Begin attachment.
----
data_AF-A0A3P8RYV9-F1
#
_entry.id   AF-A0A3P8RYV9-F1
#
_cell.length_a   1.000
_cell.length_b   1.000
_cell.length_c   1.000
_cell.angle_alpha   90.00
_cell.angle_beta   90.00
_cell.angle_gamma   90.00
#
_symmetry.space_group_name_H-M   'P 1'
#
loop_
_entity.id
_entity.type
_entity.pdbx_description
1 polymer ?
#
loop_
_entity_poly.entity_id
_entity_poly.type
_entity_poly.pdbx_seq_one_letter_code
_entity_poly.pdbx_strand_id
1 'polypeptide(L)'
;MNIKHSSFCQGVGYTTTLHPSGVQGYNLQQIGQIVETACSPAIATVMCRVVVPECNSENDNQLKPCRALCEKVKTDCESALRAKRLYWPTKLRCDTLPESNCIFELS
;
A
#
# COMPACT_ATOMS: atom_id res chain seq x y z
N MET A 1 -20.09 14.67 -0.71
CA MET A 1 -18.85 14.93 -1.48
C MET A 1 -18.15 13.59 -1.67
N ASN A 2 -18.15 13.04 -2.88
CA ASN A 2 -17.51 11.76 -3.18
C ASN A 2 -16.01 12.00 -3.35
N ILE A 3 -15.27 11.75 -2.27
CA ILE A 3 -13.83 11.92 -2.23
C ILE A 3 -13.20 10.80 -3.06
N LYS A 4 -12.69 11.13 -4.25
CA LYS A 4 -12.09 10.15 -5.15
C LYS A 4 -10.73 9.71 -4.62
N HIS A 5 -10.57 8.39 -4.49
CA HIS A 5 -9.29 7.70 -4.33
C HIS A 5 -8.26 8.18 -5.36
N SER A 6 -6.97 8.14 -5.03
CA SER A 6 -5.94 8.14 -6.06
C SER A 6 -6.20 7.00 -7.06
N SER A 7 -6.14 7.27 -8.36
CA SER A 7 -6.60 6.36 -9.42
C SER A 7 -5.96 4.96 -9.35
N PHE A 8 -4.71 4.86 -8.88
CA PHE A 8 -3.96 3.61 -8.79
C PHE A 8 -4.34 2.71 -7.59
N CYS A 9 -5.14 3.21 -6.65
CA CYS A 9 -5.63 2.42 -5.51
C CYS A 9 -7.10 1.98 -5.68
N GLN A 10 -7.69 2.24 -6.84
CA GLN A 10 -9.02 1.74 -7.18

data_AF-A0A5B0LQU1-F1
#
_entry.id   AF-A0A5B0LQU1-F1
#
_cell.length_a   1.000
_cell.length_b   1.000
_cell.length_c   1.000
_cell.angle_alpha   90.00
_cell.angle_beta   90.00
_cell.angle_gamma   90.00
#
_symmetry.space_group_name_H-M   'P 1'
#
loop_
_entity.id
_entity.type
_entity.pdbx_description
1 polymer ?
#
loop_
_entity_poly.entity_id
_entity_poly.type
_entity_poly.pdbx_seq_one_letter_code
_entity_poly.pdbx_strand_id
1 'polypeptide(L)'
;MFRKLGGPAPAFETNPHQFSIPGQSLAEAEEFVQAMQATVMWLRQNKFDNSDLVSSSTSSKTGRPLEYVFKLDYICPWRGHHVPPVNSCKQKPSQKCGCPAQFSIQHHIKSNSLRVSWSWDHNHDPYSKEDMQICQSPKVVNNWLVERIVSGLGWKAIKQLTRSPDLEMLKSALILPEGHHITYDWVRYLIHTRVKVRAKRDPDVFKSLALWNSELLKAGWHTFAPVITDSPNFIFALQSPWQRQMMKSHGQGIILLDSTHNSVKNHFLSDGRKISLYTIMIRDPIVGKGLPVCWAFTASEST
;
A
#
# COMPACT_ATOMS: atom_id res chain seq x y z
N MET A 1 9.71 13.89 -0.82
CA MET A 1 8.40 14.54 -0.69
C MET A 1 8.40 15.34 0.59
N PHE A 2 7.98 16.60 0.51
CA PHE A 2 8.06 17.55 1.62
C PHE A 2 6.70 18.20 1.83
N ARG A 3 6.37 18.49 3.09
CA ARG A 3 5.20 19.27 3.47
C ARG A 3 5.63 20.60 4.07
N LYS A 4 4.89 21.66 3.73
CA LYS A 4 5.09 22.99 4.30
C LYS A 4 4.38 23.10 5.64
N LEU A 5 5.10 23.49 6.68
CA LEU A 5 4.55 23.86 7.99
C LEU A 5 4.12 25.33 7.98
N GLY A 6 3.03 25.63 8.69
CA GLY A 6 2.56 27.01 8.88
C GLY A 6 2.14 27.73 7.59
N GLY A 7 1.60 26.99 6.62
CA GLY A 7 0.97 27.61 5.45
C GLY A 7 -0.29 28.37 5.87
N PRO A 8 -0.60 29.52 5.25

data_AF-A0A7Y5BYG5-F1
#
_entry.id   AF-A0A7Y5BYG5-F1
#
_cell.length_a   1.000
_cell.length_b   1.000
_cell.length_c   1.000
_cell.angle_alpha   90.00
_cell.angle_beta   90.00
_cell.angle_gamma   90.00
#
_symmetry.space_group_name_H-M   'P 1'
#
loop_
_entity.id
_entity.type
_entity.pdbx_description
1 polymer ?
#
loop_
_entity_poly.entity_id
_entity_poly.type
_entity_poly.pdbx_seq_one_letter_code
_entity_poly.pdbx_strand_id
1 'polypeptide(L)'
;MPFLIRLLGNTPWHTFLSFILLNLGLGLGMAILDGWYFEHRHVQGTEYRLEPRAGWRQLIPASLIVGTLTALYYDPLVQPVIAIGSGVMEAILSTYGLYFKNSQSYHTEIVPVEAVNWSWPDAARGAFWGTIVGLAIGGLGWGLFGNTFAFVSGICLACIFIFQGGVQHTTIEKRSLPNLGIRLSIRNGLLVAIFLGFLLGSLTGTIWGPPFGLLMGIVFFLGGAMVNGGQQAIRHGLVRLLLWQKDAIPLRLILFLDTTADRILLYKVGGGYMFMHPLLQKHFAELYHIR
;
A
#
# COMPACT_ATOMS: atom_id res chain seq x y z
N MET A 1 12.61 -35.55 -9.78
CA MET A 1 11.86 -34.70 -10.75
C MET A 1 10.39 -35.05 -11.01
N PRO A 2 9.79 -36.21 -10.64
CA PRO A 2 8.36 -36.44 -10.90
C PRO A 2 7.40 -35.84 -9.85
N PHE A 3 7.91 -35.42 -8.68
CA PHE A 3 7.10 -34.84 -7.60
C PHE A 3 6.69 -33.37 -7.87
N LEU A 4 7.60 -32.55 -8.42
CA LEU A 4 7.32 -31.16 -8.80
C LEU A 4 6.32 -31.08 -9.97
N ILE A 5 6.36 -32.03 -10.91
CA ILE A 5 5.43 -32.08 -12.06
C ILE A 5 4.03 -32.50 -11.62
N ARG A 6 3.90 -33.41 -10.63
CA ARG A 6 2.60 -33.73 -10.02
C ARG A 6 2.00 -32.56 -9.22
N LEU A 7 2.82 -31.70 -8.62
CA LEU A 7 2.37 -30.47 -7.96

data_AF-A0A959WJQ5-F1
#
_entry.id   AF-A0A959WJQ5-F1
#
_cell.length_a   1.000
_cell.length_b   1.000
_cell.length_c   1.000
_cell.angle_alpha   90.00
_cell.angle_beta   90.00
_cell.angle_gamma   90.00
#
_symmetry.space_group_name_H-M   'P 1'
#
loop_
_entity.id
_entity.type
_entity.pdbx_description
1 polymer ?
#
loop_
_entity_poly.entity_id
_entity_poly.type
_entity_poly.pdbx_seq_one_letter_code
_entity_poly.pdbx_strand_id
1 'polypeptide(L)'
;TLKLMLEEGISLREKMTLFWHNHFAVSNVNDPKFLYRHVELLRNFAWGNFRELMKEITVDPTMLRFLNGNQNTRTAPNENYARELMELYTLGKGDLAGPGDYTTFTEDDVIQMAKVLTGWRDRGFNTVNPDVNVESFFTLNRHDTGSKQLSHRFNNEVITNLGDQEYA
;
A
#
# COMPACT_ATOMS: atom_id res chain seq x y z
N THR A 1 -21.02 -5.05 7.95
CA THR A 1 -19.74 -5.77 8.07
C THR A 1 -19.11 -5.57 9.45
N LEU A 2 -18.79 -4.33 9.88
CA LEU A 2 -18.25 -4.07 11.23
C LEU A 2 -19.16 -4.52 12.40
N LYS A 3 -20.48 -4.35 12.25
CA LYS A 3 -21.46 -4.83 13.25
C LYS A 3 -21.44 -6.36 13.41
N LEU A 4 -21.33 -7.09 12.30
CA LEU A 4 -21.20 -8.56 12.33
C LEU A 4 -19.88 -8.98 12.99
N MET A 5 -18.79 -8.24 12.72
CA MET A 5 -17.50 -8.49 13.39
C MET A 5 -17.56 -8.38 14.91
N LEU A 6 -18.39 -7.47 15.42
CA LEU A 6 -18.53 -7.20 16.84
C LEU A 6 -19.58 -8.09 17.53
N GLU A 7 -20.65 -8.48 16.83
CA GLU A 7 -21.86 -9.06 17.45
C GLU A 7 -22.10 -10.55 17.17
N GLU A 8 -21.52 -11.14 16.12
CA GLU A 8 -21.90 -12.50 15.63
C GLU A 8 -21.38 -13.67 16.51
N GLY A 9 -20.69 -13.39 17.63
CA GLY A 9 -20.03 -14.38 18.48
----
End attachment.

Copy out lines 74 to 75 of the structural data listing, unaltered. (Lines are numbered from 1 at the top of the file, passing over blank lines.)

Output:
_entity.id
_entity.type